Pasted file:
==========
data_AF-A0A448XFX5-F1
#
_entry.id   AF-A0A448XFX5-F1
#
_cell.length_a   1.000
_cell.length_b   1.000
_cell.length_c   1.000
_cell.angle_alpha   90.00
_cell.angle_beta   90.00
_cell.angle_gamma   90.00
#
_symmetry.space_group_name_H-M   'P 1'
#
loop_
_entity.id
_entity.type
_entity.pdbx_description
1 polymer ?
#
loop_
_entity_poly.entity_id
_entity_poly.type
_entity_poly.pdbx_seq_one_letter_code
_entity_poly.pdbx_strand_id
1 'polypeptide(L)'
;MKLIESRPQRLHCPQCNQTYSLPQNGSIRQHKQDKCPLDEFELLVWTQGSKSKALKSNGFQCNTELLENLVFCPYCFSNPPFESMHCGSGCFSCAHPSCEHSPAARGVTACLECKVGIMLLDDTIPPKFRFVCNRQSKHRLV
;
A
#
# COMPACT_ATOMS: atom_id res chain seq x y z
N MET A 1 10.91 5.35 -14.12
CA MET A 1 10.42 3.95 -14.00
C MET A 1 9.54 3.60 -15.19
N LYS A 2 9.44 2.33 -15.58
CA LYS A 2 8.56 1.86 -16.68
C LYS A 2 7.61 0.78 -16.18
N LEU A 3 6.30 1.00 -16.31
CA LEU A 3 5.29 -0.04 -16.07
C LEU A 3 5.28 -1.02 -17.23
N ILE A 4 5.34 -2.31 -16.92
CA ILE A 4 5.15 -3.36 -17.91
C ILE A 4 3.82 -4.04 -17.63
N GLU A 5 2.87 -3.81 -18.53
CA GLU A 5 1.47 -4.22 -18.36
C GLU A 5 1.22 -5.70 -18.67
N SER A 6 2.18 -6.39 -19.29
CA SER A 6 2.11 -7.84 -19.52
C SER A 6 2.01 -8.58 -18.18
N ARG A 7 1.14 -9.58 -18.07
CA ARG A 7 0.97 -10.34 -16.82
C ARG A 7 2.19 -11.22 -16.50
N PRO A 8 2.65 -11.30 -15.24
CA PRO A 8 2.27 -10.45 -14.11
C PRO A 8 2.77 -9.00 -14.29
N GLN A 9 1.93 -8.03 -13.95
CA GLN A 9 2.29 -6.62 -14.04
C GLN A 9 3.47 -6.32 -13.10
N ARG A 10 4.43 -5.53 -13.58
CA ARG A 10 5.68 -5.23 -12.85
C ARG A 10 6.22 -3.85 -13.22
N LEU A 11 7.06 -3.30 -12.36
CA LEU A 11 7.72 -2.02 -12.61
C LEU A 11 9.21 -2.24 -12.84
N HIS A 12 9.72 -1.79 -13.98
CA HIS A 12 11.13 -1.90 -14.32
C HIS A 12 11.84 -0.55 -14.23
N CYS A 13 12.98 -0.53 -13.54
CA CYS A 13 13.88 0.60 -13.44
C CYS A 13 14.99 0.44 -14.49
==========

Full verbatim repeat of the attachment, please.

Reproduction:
data_AF-A0A448XFX5-F1
#
_entry.id   AF-A0A448XFX5-F1
#
_cell.length_a   1.000
_cell.length_b   1.000
_cell.length_c   1.000
_cell.angle_alpha   90.00
_cell.angle_beta   90.00
_cell.angle_gamma   90.00
#
_symmetry.space_group_name_H-M   'P 1'
#
loop_
_entity.id
_entity.type
_entity.pdbx_description
1 polymer ?
#
loop_
_entity_poly.entity_id
_entity_poly.type
_entity_poly.pdbx_seq_one_letter_code
_entity_poly.pdbx_strand_id
1 'polypeptide(L)'
;MKLIESRPQRLHCPQCNQTYSLPQNGSIRQHKQDKCPLDEFELLVWTQGSKSKALKSNGFQCNTELLENLVFCPYCFSNPPFESMHCGSGCFSCAHPSCEHSPAARGVTACLECKVGIMLLDDTIPPKFRFVCNRQSKHRLV
;
A
#
# COMPACT_ATOMS: atom_id res chain seq x y z
N MET A 1 10.91 5.35 -14.12
CA MET A 1 10.42 3.95 -14.00
C MET A 1 9.54 3.60 -15.19
N LYS A 2 9.44 2.33 -15.58
CA LYS A 2 8.56 1.86 -16.68
C LYS A 2 7.61 0.78 -16.18
N LEU A 3 6.30 1.00 -16.31
CA LEU A 3 5.29 -0.04 -16.07
C LEU A 3 5.28 -1.02 -17.23
N ILE A 4 5.34 -2.31 -16.92
CA ILE A 4 5.15 -3.36 -17.91
C ILE A 4 3.82 -4.04 -17.63
N GLU A 5 2.87 -3.81 -18.53
CA GLU A 5 1.47 -4.22 -18.36
C GLU A 5 1.22 -5.70 -18.67
N SER A 6 2.18 -6.39 -19.29
CA SER A 6 2.11 -7.84 -19.52
C SER A 6 2.01 -8.58 -18.18
N ARG A 7 1.14 -9.58 -18.07
CA ARG A 7 0.97 -10.34 -16.82
C ARG A 7 2.19 -11.22 -16.50
N PRO A 8 2.65 -11.30 -15.24
CA PRO A 8 2.27 -10.45 -14.11
C PRO A 8 2.77 -9.00 -14.29
N GLN A 9 1.93 -8.03 -13.95
CA GLN A 9 2.29 -6.62 -14.04
C GLN A 9 3.47 -6.32 -13.10
N ARG A 10 4.43 -5.53 -13.58
CA ARG A 10 5.68 -5.23 -12.85
C ARG A 10 6.22 -3.85 -13.22
N LEU A 11 7.06 -3.30 -12.36
CA LEU A 11 7.72 -2.02 -12.61
C LEU A 11 9.21 -2.24 -12.84
N HIS A 12 9.72 -1.79 -13.98
CA HIS A 12 11.13 -1.90 -14.32
C HIS A 12 11.84 -0.55 -14.23
N CYS A 13 12.98 -0.53 -13.54
CA CYS A 13 13.88 0.60 -13.44
C CYS A 13 14.99 0.44 -14.49